Since the end of the Roman persecutions in the 4th century AD, the open practice of the Christian faith has rarely, if ever, been a problem. This has especially been true for the Catholic Church, which has dominated Christianity for well over a thousand years, especially in the west. However, there have been times when the practice of Catholicism has been forced underground. Such was the case of the Netherlands in the 17th century, when clandestine Catholic churches were erected throughout Northern Europe. The most famous surviving example of such a secret place of prayer is the Church of Our Lord in the Attic in Amsterdam. Although it no longer is in active use, it is maintained as the Roman Catholic Museum, one of the oldest museums in the city.
The country now known as the Netherlands was at center stage during the early years of the Wars of Religion in the 16th and 17th centuries. For long a possession of the Hapsburg Empire, the Dutch provinces in Northern Europe stood at the crossroads of Catholic and Protestant Europe. The Dutch revolt, which pitted rebellious Protestants against the Catholic establishment, was one of the early major religious clashes that ultimately culminated in the disastrous Thirty Year’s War.
In the aftermath of the Dutch Revolt, the Netherlands found itself an effectively independent nation, with large numbers of Catholics and Protestants. Instead of devolving into another round of bloodshed, the practical Dutch instead initiated what was effectively the first true freedom of religion in Europe. Although those who were not members of the Dutch Reformed Church were forced to practice their faith in private, the Netherlands otherwise became a haven for all, and everyone from Spanish Jews to English Puritans came seeking religious sanctuary.
This was especially true in wealthy and liberal Amsterdam, which was the financial capital of the world at the time. In particular, the city was home to a large Catholic population. While they were allowed to continue practicing their faith, the Catholics were forced to conform to religious ordinances; specifically that they remain out of sight. The Dutch Catholics responded by building openly clandestine churches throughout the city. The most famous of these was the Church of Our Lord in the Attic.
Our Lord in the Attic was originally constructed as a canal house in the early 17th century. During the 1660s, the top three floors were converted into a church which for use by the city’s Catholics. By the 19th century, the Netherlands abandoned its former stance, and all religions were allowed to practice openly. A massive new cathedral was constructed in the heart of the city, and the Church of Our Lord in the Attic was decommissioned. In 1888, it was restored for use as a museum, and is the now the most popular Catholic historic site in the country.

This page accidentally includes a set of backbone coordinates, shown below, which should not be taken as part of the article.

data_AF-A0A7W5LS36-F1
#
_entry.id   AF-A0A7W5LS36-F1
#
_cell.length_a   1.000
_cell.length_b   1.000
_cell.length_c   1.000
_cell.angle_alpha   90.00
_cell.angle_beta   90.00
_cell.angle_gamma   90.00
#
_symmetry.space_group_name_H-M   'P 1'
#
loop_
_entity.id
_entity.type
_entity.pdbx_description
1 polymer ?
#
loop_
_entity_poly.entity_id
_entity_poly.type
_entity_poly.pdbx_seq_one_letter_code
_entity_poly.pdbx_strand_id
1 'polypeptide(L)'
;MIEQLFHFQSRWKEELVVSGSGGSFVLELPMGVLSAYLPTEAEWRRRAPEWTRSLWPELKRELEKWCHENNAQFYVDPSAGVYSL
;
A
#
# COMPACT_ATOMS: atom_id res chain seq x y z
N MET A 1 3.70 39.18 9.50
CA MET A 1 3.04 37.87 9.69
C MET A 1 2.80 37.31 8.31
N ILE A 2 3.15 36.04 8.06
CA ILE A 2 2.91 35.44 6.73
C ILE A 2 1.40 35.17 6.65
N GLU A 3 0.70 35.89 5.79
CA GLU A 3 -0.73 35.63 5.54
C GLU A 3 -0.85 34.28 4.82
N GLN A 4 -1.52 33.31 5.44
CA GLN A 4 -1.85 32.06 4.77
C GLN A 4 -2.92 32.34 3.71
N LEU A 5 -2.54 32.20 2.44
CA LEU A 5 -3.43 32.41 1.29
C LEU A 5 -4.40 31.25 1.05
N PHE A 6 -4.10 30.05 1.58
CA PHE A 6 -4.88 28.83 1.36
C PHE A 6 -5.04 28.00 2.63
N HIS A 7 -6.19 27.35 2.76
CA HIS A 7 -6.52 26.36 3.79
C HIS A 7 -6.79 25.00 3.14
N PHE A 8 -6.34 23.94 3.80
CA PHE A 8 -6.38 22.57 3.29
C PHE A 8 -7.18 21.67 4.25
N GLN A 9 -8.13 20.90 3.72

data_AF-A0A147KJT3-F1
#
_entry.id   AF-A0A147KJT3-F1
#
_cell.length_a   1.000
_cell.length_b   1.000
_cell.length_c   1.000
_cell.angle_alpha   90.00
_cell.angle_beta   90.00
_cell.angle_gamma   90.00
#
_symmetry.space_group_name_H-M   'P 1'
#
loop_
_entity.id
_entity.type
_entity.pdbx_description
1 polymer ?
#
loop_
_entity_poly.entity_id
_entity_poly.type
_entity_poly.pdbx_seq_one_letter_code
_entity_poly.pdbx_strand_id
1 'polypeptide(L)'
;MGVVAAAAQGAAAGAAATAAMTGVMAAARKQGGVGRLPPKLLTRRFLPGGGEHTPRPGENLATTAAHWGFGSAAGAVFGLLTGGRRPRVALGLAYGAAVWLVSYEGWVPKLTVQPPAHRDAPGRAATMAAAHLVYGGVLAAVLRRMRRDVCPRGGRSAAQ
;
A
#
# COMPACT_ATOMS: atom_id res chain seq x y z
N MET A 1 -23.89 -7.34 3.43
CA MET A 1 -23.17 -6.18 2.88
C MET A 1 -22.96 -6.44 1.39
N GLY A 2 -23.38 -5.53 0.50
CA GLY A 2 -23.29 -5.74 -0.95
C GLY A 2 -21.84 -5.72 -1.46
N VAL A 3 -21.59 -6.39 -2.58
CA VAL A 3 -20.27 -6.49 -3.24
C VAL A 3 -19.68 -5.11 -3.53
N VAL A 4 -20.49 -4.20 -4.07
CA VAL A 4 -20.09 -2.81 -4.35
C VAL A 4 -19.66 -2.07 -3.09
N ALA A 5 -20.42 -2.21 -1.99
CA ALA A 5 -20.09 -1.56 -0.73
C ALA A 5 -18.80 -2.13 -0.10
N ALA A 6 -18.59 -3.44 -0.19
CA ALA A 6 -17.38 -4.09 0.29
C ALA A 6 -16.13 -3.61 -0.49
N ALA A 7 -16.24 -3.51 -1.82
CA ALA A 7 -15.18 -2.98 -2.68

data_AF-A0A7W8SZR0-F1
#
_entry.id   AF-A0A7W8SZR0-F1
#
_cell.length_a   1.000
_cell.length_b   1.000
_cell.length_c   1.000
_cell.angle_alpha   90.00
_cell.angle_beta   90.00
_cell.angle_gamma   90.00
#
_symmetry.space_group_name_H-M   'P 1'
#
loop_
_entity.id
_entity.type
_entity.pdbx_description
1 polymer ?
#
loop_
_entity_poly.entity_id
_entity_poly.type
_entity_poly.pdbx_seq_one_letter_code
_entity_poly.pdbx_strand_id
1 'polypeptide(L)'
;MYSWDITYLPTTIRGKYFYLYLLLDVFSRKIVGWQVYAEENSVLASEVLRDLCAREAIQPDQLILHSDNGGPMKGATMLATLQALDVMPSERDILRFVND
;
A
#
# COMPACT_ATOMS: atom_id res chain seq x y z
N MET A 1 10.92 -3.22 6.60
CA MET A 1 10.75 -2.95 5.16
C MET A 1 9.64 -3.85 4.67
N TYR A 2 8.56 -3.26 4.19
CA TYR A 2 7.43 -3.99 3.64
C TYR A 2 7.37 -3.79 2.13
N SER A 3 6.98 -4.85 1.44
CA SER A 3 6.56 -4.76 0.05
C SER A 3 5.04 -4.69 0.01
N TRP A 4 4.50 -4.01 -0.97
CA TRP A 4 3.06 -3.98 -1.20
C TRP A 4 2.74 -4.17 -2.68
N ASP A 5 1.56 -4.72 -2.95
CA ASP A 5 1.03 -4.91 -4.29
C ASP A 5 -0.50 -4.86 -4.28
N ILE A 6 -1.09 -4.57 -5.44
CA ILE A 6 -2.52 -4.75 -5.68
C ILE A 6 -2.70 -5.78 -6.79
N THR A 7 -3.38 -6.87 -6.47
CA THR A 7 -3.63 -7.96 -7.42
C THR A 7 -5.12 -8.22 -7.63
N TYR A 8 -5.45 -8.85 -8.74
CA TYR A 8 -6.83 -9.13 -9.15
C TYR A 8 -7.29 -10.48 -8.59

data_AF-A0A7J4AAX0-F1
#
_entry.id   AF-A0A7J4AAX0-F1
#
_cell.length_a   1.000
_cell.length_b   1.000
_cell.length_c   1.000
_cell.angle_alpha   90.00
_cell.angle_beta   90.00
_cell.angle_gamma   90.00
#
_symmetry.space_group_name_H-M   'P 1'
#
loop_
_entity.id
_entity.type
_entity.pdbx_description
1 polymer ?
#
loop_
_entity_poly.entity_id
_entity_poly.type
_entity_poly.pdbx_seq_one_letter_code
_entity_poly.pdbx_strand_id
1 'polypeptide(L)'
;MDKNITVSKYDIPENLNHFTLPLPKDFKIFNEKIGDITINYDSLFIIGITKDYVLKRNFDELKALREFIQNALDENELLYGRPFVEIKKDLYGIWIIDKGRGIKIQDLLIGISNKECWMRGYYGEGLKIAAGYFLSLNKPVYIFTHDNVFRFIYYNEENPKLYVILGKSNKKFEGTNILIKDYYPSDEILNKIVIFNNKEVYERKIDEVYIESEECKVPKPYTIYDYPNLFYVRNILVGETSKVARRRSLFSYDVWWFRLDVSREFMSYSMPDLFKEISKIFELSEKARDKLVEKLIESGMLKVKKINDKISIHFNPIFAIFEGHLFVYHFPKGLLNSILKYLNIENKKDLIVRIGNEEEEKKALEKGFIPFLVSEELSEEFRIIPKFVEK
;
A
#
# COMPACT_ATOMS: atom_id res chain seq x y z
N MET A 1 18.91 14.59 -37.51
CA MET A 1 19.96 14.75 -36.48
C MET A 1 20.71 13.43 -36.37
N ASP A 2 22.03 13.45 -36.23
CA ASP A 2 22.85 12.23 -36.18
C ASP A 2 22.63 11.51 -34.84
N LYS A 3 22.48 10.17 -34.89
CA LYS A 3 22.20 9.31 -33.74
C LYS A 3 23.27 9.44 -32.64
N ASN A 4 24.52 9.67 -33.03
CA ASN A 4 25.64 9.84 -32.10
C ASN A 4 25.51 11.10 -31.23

The Church of Our Lord in the Attic was designed to avoid undo attention from Amsterdam’s dominant Protestant population. The building was originally constructed as a canal house, one of many of the row houses built along the Oudezijds Voorburgwal Canal in the 16th century. It maintains its original exterior construction to the present day: a narrow, six-story, gray brick structure elegantly trimmed in white. To the average passerby it is utterly indistinguished from the other houses in the neighborhood.
The interior is another matter entirely. Taking up the entire three top floors of the building, the small space is a model of architectural efficiency, with virtually every square inch put to use. Two beautiful wooden balconies which run the length of the church help to make up for the minimal seating available on the limited floorspace. Several prominent 17th century Flemish artists contributed to the décor of the church. The church and its ancillary rooms now house exhibits related to the history of the building and the community that once worshipped here in secret.
The Church of Our Lord in the Attic is ironically located in the middle of the red light district in the heart of Amsterdam’s old city. It has been operated as a museum since the late 19th century. As of this writing it was undergoing substantial renovations. It is open Monday through Saturday from 10:00am-5:00pm; and Sundays 1:00pm-5:00pm. The cost of admission is E8.00. Web: www.opsolder.nl (official website)
Although Amsterdam has its share of wonderful churches, they are for the most part not Catholic institutions. However, there are a few worth noting. The 14th century Old Church dates from pre-Protestant times. The 19th century Church of St. Nicholas, constructed after the end of Catholic segregation, is one of the most spectacular and elegant buildings in Amsterdam.